• 13 6/18/2013 Why Did OPEC Fail to Keep the Price of Oil High? In the 1970s and 1980s, OPEC reduced the amount of oil it was willing to supply to world markets. The decrease in supply led to an increase in the price of oil and a decrease in quantity demanded. The increase in price was much larger in the short run than the long run.  The demand and supply of oil are much more inelastic in the short run than the long run.  The demand is more elastic in the long run because consumers can adjust to the higher price of oil by carpooling or buying a vehicle that gets better mileage.  The supply is more elastic in the long run because non-OPEC producers will respond to the higher price of oil by producing more.
  • 14 6/18/2013 A Reduction in Supply in the World Market for Oil Price Price Demand P2 (a) The Oil Market in the Short Run Demand When the supply of oil falls, the response depends on the time horizon. In the short run, supply and demand are relatively inelastic, as in panel (a). Thus, when the supply curve shifts from S1 to S2, the price rises substantially. By contrast, in the long run, supply and demand are relatively elastic, as in panel (b). In this case, the same size shift in the supply curve (S1 to S2) causes a smaller increase in the price. (b) The Oil Market in the Long Run S1 S2 P1 1. In the short run, when supply and demand are inelastic, a shift in supply. . . 2. … leads to a large increase in price P2 S1 S2 P1 1. In the long run, when supply and demand are elastic, a shift in supply. . . 2. … leads to a small increase in price Quantity0 Quantity0
  • 15 6/18/2013 Change in Demand Curve  The changes in the price Oil have not kept pace with change in my income. When market price for petrol was Rs. 50, I could afford 100 Litres, that was a filled tank for a month commute.  As the petrol price increased to 75 my equilibrium quantity has now 66 litres. This is simply a movement along the demand curve, Quantity demanded is changed due to changes in price that we have no control over.  My commute by car has now being substituted by commuting by public transport system
  • 16 6/18/2013 OPEC – A Cartel Or Oligopoly
  • 17 6/18/2013 Is OPEC a monopoly or an example of a collusive oligopoly?  OPEC can be described as an oligopoly for several reasons.  It fits with the condition of being dominated by more than two large firms; in this case it's Twelve.  It also practices price rigidity as they agree on both level of output and therefore the price of oil is influenced by the agreement of a certain supply.  The goods they provide are also homogenous. In oligopolies firms also don't choose to maximise profits, and this can be clearly shown in the OPEC case as they aim was to "secure fair and stable prices for producers, and ensure an efficient and regular supply of oil".
  • 18 6/18/2013 Is OPEC a monopoly or an example of a collusive oligopoly? Contd.  There is also barriers to entry which is described in the case study which states that the oil industry has "high fixed costs and risk" associated with it,  It can be argued however, that it is also a monopoly. This is due to the fact that OPEC has 60% of control over the oil that it traded internationally.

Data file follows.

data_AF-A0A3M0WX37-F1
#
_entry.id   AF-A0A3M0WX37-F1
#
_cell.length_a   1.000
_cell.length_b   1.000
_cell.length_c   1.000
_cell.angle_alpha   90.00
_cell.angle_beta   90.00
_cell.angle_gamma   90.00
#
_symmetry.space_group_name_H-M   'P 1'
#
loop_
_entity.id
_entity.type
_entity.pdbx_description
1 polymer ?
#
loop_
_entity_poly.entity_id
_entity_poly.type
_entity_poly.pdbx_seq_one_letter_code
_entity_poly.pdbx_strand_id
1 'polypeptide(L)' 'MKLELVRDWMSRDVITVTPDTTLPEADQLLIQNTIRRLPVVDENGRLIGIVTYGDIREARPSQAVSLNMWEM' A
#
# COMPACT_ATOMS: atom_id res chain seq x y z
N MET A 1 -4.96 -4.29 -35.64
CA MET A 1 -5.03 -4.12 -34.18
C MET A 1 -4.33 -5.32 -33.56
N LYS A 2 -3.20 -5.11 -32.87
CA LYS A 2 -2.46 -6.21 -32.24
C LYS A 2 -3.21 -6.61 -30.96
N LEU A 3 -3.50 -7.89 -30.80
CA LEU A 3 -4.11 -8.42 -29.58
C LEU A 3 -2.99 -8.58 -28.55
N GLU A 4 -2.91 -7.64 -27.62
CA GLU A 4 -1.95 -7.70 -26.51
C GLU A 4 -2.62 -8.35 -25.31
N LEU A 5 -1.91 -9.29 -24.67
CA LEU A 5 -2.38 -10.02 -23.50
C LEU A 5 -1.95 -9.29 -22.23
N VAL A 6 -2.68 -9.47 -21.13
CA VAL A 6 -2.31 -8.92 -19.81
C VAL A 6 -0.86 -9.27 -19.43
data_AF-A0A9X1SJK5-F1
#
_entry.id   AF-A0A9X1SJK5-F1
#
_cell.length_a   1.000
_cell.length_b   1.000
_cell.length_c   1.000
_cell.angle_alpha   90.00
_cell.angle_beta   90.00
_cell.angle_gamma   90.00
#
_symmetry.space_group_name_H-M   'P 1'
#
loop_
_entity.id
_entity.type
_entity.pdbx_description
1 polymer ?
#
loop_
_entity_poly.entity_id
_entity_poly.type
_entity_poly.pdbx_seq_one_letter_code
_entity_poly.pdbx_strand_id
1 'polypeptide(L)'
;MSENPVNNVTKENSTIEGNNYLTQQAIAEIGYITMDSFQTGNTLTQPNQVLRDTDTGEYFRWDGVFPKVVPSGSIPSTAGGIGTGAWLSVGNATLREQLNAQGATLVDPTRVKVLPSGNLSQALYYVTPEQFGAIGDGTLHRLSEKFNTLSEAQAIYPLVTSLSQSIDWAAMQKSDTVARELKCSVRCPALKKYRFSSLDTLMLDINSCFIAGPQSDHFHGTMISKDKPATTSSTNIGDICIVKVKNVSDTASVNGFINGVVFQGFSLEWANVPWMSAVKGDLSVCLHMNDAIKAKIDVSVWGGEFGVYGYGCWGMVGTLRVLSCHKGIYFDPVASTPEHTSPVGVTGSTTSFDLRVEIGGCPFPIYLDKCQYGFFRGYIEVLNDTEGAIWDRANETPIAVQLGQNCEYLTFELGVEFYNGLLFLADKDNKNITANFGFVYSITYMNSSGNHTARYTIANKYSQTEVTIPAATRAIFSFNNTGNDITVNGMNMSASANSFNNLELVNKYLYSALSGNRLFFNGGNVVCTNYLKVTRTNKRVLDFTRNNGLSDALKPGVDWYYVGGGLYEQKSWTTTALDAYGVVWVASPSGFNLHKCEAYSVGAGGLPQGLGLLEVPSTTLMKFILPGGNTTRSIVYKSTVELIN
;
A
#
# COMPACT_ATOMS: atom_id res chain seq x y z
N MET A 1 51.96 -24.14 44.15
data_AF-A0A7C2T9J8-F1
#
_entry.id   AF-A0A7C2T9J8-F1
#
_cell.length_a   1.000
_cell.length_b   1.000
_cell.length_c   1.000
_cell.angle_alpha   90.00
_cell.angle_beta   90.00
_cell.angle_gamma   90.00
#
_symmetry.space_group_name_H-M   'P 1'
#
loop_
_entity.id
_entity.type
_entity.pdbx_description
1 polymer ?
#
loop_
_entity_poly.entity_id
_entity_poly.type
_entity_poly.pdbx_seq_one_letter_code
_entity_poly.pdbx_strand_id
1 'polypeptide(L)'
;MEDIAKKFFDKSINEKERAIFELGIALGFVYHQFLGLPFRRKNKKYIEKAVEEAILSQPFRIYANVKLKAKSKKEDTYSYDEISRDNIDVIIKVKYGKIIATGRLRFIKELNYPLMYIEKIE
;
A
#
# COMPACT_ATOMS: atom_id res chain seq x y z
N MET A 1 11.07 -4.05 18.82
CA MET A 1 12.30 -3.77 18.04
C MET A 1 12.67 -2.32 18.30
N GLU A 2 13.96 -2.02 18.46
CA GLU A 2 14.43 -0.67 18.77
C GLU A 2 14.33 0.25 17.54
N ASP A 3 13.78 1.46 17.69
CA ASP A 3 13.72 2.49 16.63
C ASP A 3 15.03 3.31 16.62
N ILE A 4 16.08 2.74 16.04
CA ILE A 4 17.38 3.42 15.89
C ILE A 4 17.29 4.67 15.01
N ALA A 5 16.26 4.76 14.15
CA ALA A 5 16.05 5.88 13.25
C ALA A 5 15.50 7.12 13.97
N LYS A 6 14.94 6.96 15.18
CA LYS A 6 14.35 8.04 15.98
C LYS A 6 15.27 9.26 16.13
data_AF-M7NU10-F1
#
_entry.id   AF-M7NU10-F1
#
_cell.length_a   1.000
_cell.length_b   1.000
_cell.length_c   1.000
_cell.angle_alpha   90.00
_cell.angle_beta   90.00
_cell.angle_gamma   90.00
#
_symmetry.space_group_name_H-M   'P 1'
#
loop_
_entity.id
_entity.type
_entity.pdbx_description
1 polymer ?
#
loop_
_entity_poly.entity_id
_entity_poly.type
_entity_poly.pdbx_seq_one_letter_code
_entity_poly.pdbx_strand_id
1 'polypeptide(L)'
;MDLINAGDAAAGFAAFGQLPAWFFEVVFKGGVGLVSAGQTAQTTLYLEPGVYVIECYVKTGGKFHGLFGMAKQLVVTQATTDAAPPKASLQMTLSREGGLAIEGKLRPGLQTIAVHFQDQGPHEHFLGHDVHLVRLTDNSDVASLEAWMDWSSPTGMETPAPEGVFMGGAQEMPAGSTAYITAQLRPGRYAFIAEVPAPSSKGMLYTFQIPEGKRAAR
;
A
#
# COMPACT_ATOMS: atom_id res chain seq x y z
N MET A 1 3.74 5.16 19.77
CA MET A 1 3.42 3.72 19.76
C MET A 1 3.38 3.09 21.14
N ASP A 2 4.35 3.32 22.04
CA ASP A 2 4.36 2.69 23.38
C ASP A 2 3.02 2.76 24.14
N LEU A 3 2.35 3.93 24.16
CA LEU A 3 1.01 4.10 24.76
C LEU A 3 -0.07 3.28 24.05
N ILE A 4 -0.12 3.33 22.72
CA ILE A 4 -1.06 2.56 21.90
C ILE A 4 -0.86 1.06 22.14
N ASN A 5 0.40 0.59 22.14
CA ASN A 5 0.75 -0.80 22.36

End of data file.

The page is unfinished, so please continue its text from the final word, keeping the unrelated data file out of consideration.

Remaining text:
• 19 6/18/2013 OPEC is a cartel: an organization of individual competitors that join to form a single monopolist. 1. Under competition, the price of oil is Pcomp and an individual OPEC member produces qcomp and earns just a normal profit. With a cartel, joint profits are maximized at Popec and Qopec. 2. Since Qopec < Qcomp, qopec must be less than qcomp for each OPEC member each member is assigned a quota, qopec. 3. At qopec, MR > MC profits rise if the country expands production. Produce at qcheat, where MR = MC. 4. But, if all members cheat, total production rises the price of oil falls competitive outcome
  • 20 6/18/2013 OPEC countries can and do cheat  When OPEC limits oil production, they keep the price of oil and profits high. But those high profits give each member the incentive to cheat a little. By producing a little more oil, an individual country can earn more. Usually, cartels can’t last very long because of this strong incentive to cheat.  As you can tell by chart below, OPEC countries can and do cheat.
  • 21 6/18/2013 Cartelisation and Its Affect  Price being affected due to Speculation  Fluctuation due to change in Quota Decision  1980 – OPEC made a mistake by increasing OIL price to $40 per barrel. Result – Reduction in demand – reduction in price  Problem with Cartel  Maintaining the price  Allocate sales among OPEC countries  Growth Expectation?
  • 22 6/18/2013 Conclusion 1. OPEC Still Exists today and still has considerable influence in determining the price per barrel of petroleum by setting quotas, but their best days are behind them. The cartel seems to understand that raising prices is easier in short run than in long run. 2. Non-OPEC nations such as Russia, Canada and Mexico have stripped the cartel of its power to single-handedly manipulate the petroleum market 3. The World has benefited from the increased production of petroleum by Non-OPEC nations and thus reduced their annual imports from the OPEC countries in recent years
  • 23 6/18/2013 References 1. OPEC.Org 2. www.slideshare.net 3. OPECA Cartel (EmmaVkpanaha) 4. OPEC a Price Power (Bastam Fattoum – Oxford Institute Of Energy Studies) 5. Gregory ManKiw – Managerial Economics
  • 24 6/18/2013